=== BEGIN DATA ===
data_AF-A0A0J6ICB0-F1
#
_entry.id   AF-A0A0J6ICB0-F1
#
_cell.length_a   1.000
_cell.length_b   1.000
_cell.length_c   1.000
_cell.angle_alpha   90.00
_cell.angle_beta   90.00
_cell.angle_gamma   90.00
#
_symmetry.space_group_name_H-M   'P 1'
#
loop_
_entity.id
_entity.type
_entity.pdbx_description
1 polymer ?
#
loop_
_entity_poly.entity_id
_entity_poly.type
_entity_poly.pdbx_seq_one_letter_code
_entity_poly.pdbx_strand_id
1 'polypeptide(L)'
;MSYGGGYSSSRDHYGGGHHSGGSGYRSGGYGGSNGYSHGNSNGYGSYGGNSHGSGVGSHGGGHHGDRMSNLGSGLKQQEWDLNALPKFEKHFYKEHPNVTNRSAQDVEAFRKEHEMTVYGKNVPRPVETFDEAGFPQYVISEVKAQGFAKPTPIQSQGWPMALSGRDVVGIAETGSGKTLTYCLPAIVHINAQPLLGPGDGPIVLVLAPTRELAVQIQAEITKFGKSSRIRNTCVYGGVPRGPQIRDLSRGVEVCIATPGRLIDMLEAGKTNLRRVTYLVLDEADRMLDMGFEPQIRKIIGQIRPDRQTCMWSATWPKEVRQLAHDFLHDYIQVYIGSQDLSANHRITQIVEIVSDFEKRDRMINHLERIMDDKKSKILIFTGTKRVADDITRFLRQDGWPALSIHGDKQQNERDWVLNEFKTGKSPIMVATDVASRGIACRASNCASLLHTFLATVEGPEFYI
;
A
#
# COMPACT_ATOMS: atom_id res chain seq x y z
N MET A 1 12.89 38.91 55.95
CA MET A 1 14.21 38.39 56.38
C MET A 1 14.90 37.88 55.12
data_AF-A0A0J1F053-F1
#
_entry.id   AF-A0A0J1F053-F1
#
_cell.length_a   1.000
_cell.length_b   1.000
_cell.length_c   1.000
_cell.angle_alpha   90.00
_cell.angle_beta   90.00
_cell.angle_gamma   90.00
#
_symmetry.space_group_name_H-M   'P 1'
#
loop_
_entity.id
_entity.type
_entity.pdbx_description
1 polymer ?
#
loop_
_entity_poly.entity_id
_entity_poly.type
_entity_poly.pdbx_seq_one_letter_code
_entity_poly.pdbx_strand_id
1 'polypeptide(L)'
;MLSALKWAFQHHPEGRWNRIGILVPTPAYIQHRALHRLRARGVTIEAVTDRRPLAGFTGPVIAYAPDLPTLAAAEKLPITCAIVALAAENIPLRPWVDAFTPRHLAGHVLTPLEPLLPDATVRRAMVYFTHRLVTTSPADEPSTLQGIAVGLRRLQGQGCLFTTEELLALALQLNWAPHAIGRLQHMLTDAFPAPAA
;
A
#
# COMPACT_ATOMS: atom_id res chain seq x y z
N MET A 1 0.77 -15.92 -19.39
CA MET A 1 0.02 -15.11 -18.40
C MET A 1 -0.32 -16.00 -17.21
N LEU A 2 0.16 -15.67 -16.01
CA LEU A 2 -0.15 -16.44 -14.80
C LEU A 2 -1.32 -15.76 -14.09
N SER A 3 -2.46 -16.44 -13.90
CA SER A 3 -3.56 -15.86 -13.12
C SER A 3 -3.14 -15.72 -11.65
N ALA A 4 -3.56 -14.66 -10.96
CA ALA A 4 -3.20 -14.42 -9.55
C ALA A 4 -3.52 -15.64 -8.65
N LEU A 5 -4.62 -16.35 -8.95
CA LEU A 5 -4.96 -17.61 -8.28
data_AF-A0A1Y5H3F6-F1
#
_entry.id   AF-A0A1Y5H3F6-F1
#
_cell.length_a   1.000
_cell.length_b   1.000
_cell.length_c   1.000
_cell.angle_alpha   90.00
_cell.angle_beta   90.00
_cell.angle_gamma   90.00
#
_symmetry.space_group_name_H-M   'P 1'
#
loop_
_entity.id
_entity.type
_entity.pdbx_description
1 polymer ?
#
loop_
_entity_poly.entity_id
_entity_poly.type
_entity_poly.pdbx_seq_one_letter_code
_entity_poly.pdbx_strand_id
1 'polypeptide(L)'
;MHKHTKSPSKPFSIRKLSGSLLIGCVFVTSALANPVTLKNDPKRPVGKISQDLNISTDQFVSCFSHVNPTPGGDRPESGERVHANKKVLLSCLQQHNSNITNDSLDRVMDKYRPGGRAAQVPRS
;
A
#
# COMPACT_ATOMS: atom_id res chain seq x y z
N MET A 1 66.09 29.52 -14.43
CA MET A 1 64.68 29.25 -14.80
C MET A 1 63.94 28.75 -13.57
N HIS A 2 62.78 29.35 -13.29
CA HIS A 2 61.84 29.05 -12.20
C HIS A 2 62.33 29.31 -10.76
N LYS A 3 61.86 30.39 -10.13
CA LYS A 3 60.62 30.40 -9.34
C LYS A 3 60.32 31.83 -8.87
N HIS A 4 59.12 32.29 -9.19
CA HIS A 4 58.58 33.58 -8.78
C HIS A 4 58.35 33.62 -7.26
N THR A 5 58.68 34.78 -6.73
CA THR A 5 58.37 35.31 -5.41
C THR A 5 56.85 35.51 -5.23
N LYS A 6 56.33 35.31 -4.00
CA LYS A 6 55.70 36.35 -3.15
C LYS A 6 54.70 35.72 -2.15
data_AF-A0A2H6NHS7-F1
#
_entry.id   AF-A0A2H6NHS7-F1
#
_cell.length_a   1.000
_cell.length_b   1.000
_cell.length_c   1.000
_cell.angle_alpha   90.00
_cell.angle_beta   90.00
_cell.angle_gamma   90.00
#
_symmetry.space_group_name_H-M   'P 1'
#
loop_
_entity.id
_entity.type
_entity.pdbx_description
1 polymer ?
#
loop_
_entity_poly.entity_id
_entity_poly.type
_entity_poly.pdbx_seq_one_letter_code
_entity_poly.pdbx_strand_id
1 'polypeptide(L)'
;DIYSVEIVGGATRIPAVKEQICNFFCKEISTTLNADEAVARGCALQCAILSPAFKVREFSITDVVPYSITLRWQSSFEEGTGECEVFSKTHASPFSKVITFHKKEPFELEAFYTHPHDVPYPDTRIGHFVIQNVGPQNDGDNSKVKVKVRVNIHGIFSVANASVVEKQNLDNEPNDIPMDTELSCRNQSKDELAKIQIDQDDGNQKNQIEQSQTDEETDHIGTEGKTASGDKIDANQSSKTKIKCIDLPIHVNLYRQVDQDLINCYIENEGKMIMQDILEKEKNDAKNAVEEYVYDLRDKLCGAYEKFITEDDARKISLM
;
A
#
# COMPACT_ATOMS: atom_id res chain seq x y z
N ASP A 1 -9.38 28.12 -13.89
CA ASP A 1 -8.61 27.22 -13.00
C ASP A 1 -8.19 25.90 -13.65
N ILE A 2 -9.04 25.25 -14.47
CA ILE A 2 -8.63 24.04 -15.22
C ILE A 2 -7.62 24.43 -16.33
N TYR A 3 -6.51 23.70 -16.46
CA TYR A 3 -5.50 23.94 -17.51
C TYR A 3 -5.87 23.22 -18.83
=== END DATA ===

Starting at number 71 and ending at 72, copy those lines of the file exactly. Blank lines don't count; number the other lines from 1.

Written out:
CA SER A 3 -3.56 -15.86 -13.12
C SER A 3 -3.14 -15.72 -11.65